Hemigland high-intensity focused ultrasound ablation of the prostate was found to be a safe and effective primary treatment for men with localized prostate cancer, leading to continence preservation and suitable short-term disease control.
Andre Abreu, MD
Hemigland high-intensity focused ultrasound (HIFU) ablation of the prostate was found to be a safe and effective primary treatment for men with localized prostate cancer, leading to continence preservation and suitable short-term disease control, according to study findings that were published in the Journal of Urology.1,2
At a median follow-up of 18 months, the 2-year freedom from treatment failure, clinically significant prostate cancer (Grade Group 2 or greater recurrence), repeat focal HIFU, and radical treatment rates were 73%, 76%, 90%, and 91%, respectively.
“This positive data empowers urologists to use focal HIFU ablation to effectively address prostate cancer without the intrinsic side effects of radical treatments,” Andre Abreu, MD, lead study author and assistant professor of clinical urology and radiology at the University of Southern California Keck School of Medicine, stated in a press release. “We hope this study encourages prostate cancer patients to talk to their doctor about all potential treatment options to ensure that they receive a personalized care plan that addresses their individual needs.”
Radical treatment with surgery or radiation, though treatment standards, can cause adverse effects, such as urinary incontinence or impotency.
In 2015, the FDA approved HIFU ablation for prostate tissue ablation. Hemigland HIFU ablation is an outpatient procedure that uses a focused ultrasound beam to heat and eradicate prostate cancer cells. The noninvasive procedure takes approximately 2 hours.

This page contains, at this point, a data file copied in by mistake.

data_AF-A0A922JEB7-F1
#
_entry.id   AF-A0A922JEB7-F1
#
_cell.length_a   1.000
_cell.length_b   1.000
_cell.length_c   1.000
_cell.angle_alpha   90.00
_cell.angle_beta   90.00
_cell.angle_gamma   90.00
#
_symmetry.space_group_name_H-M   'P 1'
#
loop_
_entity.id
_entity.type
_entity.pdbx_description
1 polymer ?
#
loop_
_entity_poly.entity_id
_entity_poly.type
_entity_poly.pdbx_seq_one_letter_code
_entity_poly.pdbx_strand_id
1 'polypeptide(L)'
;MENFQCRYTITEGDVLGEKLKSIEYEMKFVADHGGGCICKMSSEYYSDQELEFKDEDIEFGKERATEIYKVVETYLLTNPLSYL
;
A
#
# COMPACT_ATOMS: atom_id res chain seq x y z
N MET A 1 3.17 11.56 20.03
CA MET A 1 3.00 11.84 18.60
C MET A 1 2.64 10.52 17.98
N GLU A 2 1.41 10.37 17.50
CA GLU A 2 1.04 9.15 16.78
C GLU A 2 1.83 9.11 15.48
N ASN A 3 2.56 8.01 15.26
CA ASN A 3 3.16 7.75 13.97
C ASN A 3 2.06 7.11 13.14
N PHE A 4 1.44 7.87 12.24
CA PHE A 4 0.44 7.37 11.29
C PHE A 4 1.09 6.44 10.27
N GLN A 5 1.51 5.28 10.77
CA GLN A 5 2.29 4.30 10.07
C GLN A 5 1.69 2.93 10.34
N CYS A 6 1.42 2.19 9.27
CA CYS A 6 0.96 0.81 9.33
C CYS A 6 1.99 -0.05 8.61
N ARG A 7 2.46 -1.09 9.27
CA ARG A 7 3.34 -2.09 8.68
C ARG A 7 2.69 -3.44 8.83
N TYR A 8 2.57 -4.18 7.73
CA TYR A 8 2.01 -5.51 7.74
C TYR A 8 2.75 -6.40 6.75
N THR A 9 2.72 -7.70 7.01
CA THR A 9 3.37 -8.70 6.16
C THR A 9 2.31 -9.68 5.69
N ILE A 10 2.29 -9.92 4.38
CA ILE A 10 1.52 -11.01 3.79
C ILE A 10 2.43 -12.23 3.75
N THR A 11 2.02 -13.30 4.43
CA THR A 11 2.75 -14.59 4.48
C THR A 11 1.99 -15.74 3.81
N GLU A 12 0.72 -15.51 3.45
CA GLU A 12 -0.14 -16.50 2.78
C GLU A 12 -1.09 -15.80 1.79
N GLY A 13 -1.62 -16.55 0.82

In order to evaluate the utility of hemigland HIFU ablation as an alternative to surgery or radiation, investigators retrospectively followed 100 men who underwent hemigland HIFU from December 2015 to December 2019. Treatment failure, defined as Grade Group 2 or greater on follow-up prostate biopsy, radical treatment, systemic therapy, metastases or prostate cancer–specific mortality, served as the primary end point of the study. International Index of Erectile Function (IIEF), International Prostate Symptom Score (I-PSS), and 90-day complications were also evaluated.
At baseline, patients had very low (8%), low (20%), intermediate favorable (50%), intermediate unfavorable (17%) and high risk (5%) prostate cancer.
Additional results demonstrated that the median times to prostate-specific antigen (PSA) nadir, PSA at nadir, and percent PSA reduction at nadir were 3 months, 1.3 ng/ml, and 75%, respectively.
Notably, bilateral prostate cancer at diagnosis was the sole predictor for Grade Group 2 or greater recurrence (P = .03). No predictors for failure were identified
Of men who underwent posttreatment biopsy (65%; n = 58), 18 had clinically significant prostate cancer. A total of 8 and 10 men had in-field versus out-of-field Grade Group 2 or greater positive biopsy results, respectively. The 31 patients who were eligible for but did not undergo posttreatment biopsy had fewer positive cores (3 versus 5; P = .04) at diagnosis and shorter follow-up (18 versus 25 months; P = .03) compared with patients with clinically significant prostate cancer on posttreatment biopsy.
Follow-up multiparametric MRI was performed in 61 (69%) eligible patients. No suspicious lesions were identified in the majority of patients (n = 43).
Continence, defined as 0 pad, was maintained in 100% of patients. Among 47 evaluable patients with baseline and post-treatment questionnaires, the median IIIEF-5 score was 22 before HIFU versus 21 after (P = .99). The median I-PSS was 9 versus 6, respectively (P = .005).
Minor 90-day complications, including difficulties with urination and urinary tract infection, and major complications occurred in 13% versus 0% of patients, respectively. No patient had rectal fistula or died.
“Throughout screening, diagnosis and treatment, it is important to balance accuracy and efficacy. Our physicians will continue working toward better methods to personalize that balance for every prostate cancer patient,” Inderbir S. Gill, MD, senior study author and Distinguished Professor and chair of the Catherine and Joseph Aresty Department of Urology at the University of Southern California Keck School of Medicine, concluded in the press release.
1. Abreu AL, Peretsman S, Iwata A, et al. High intensity focused ultrasound hemigland ablation for prostate cancer: initial outcomes of a United States series. Jour of Urol. 2020;204:741-747. doi:10.1097/JU.0000000000001126
2. Innovative, minimally invasive treatment can help maintain prostate cancer patients’ quality of life. University of Southern California, Health Sciences. September 8, 2020. Accessed September 14, 2020. https://bit.ly/3bZnT5s.